Although Duke is widely known for its neo-Gothic West Campus towers, most students know little about architecture’s elements of style or alternative forms. To curb this trend, the Literature department invited architectural theorist and historian K. Michael Hays to give a public lecture titled “Phenomenality, Materiality, and Inscription: Trends in Contemporary Architecture” Wednesday.  

Hays, the Eliot Noyes Professor of Architectural Theory at Harvard University's Graduate School of Design, discussed the structure of contemporary buildings, some of which were designed only in the last few years, often by architects in their ‘30s or ‘40s. An exhibition titled “Inscriptions: Architecture before Speech,” which Hays and his colleague Andrew Holder had put together earlier this year, served as the background for the buildings discussed.  

“Architecture is something that you experience in distraction,” Hays said, paraphrasing philosopher Walter Benjamin.

Hays said individuals sometimes lose sight of the architectural wealth they experience.

“Architecture is a background phenomenon for most of us — when we watch a movie, we attend, we focus," Hays said. "In architecture, you don’t tend to focus if you’re not an architect." 

The designs in the presentation included the PS1 Dolmen by First Office, Wolfsburg Science Center by Mack Scogin Merrill Elam or Project 28 by Preston Scott Cohen. Hays said that they were generally “immature and experimental, but very now.” 

Interestingly, very few of the designs presented were ever used in reality, rendering them “paper architecture.” Citing philosopher Nelson Goodman, Hays explained that this had to do with architecture’s status as an “allographic art,” similar to music. This means that unlike classic sculpting or painting, music and architecture have “notational systems” that rely on others to be put into practice. Architectural drawings thus become the object of heightened interest because “an architect is thinking as they draw.”

In general, contemporary architecture can be understood as a reaction to its preceding movement: postmodernism. Although the term is widely used in several fields, ranging from literature to politics, postmodern architecture was particularly prominent in the 1970s and 80s, when it was first theorized by Robert Venturi, Denise Brown, Aldo Rossi and Manfredo Tarfuri. Prominent examples include the Portland Building by Michael Graves and the Haas School of Business in Berkeley. Along with many other factors, postmodern architecture itself had been driven by a rebellion against the functional and plain style of modernism, as exemplified by the works of Mies van der Rohe, Le Corbusier or Frank Lloyd Wright.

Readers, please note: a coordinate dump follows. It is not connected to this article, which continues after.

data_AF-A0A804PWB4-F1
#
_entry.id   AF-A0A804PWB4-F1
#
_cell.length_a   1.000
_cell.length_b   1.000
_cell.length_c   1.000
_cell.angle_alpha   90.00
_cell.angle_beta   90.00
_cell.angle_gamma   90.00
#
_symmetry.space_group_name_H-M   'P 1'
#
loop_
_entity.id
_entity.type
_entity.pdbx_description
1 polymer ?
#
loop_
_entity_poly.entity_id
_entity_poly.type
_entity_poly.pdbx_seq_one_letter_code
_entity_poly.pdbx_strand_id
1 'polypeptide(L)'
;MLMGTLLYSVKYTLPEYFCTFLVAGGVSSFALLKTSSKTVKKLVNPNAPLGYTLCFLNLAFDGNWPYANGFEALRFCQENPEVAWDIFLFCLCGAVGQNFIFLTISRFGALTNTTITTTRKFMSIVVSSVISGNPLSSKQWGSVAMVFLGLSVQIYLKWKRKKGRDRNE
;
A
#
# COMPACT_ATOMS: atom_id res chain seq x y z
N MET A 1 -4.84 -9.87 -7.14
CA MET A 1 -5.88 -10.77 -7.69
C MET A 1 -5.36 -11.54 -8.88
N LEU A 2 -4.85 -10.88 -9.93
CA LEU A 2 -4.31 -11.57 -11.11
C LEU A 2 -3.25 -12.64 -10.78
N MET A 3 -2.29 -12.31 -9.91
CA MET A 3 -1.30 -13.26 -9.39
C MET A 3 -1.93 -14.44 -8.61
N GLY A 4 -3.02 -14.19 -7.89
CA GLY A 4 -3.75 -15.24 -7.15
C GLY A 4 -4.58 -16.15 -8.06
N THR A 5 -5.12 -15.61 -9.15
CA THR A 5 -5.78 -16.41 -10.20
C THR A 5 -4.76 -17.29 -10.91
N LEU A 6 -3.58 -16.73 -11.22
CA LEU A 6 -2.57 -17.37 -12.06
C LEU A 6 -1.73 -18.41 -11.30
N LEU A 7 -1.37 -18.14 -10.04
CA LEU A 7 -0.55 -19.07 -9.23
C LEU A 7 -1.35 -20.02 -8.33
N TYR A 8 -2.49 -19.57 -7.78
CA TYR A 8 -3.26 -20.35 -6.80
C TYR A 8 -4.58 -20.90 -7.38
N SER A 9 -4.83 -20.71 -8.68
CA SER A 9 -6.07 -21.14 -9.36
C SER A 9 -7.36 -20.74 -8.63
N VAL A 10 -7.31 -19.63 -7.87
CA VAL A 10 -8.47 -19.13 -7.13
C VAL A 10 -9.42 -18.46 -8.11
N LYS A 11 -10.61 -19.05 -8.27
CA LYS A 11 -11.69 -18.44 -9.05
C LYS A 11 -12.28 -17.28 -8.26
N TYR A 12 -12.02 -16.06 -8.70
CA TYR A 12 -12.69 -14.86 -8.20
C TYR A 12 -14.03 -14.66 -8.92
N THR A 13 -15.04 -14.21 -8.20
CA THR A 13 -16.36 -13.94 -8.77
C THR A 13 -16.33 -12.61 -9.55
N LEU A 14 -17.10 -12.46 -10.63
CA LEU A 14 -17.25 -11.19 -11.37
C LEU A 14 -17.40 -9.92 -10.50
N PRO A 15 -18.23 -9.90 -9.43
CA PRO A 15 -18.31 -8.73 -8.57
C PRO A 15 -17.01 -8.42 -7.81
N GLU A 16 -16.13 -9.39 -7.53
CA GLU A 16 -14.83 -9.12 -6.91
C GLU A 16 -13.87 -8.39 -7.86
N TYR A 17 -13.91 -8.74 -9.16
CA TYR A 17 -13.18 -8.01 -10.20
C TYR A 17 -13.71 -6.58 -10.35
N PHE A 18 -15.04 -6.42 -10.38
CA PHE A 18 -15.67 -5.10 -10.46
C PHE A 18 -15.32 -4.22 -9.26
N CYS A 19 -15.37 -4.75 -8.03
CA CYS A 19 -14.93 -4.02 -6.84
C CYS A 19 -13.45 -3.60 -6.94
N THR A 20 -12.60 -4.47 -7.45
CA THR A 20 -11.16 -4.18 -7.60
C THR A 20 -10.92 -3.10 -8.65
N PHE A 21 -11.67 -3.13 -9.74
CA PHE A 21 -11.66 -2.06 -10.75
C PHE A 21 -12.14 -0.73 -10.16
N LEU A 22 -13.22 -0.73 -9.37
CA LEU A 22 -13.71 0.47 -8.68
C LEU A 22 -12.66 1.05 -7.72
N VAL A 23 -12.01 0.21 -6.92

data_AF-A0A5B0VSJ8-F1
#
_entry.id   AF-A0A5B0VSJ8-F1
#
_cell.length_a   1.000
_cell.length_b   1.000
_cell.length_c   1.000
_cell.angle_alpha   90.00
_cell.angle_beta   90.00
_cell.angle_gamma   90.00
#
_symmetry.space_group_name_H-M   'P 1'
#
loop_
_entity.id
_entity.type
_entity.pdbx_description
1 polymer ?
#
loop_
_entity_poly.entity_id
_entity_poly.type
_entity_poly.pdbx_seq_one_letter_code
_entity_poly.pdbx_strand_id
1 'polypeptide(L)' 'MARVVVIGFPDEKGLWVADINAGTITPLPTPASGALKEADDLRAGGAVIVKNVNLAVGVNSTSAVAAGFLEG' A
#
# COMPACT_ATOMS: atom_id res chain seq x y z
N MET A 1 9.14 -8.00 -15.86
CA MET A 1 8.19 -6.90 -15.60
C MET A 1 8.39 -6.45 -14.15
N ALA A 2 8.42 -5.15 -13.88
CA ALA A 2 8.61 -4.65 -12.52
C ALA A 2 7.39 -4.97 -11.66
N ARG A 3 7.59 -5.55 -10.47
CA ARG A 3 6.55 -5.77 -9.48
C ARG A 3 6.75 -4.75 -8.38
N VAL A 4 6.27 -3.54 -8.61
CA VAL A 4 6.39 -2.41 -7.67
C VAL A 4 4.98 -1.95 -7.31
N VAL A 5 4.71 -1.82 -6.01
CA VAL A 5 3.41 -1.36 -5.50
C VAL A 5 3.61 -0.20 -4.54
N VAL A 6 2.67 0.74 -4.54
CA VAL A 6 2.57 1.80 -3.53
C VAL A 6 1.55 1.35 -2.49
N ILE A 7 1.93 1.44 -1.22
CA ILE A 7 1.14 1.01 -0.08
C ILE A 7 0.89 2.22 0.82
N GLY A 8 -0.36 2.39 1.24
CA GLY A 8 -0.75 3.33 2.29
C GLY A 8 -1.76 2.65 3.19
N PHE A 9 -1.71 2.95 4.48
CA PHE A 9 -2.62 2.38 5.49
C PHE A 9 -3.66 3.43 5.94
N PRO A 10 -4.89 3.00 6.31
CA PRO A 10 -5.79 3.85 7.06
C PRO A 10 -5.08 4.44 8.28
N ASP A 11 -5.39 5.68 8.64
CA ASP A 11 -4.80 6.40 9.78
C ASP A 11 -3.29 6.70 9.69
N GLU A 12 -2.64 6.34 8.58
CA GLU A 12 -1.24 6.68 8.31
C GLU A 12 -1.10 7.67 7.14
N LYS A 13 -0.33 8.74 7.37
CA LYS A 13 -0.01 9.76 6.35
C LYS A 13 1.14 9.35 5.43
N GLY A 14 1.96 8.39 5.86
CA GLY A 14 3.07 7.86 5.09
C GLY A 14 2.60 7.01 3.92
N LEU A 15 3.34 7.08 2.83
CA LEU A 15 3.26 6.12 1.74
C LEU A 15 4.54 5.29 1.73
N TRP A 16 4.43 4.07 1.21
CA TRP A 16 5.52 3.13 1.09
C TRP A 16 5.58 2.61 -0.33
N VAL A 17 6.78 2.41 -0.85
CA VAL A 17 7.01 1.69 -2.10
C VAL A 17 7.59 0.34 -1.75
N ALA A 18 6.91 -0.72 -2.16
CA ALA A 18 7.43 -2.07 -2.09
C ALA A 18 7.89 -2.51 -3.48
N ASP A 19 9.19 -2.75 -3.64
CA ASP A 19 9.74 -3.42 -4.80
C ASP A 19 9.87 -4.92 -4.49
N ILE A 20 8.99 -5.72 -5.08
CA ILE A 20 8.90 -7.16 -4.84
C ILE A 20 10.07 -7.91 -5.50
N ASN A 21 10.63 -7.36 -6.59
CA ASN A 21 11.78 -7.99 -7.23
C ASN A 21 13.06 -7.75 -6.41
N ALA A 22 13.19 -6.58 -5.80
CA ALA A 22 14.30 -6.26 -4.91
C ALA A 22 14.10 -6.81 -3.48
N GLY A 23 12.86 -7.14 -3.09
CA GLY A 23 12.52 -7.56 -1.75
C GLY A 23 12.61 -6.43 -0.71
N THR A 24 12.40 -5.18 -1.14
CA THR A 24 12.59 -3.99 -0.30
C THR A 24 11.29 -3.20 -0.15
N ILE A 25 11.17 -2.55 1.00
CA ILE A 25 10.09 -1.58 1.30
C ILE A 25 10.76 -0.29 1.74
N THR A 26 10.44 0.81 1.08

A focal point of the drawings and pictures shown was the question of materiality, defined as the combination of material and form. Several young architects explicitly emphasized their decision to use dirt, hay, concrete or materials won from recycled waste in their designs. One of the projects presented even featured several cow bodies used as construction material — an attempt to escape traditional notions of material in an endeavor to become “post-natural” or “post-rock.” Hays said that all this may not produce anything like “direct meaning,” as had been the main concern for their postmodern predecessors, but it certainly incorporates an increased environmental conscience.  

Theoretically, the lecture drew heavily on the thought of Immanuel Kant, Duke Professor Fredric Jameson and, most importantly, Jacques Lacan. Hays’s approach uses Lacanian psychoanalysis as a systematic tool for the study of architecture, which allows for a categorization of style and form, along with the relations between individual elements. Although he was probably not the first to combine Lacan and architecture, Hays said he was the one who had done it with the most enthusiasm, citing the biases around psychoanalysis that persist in academia.   

“We can also make buildings legible, not by turning people into designing architects but just talking about elements, principles and processes,” he said.

Those interested in acquiring a deeper apprehension for the buildings around them are in luck, as Hays and his colleagues at Harvard now offer a free online course titled “The Architectural Imagination,” but it is not a traditional course on the history of architecture. 

“We tried to show in several historical examples what the parameters were for understanding the underlying value systems,” Hays said. “Buildings, including Duke’s neo-Gothic campus, have a lot more to say than what we presume."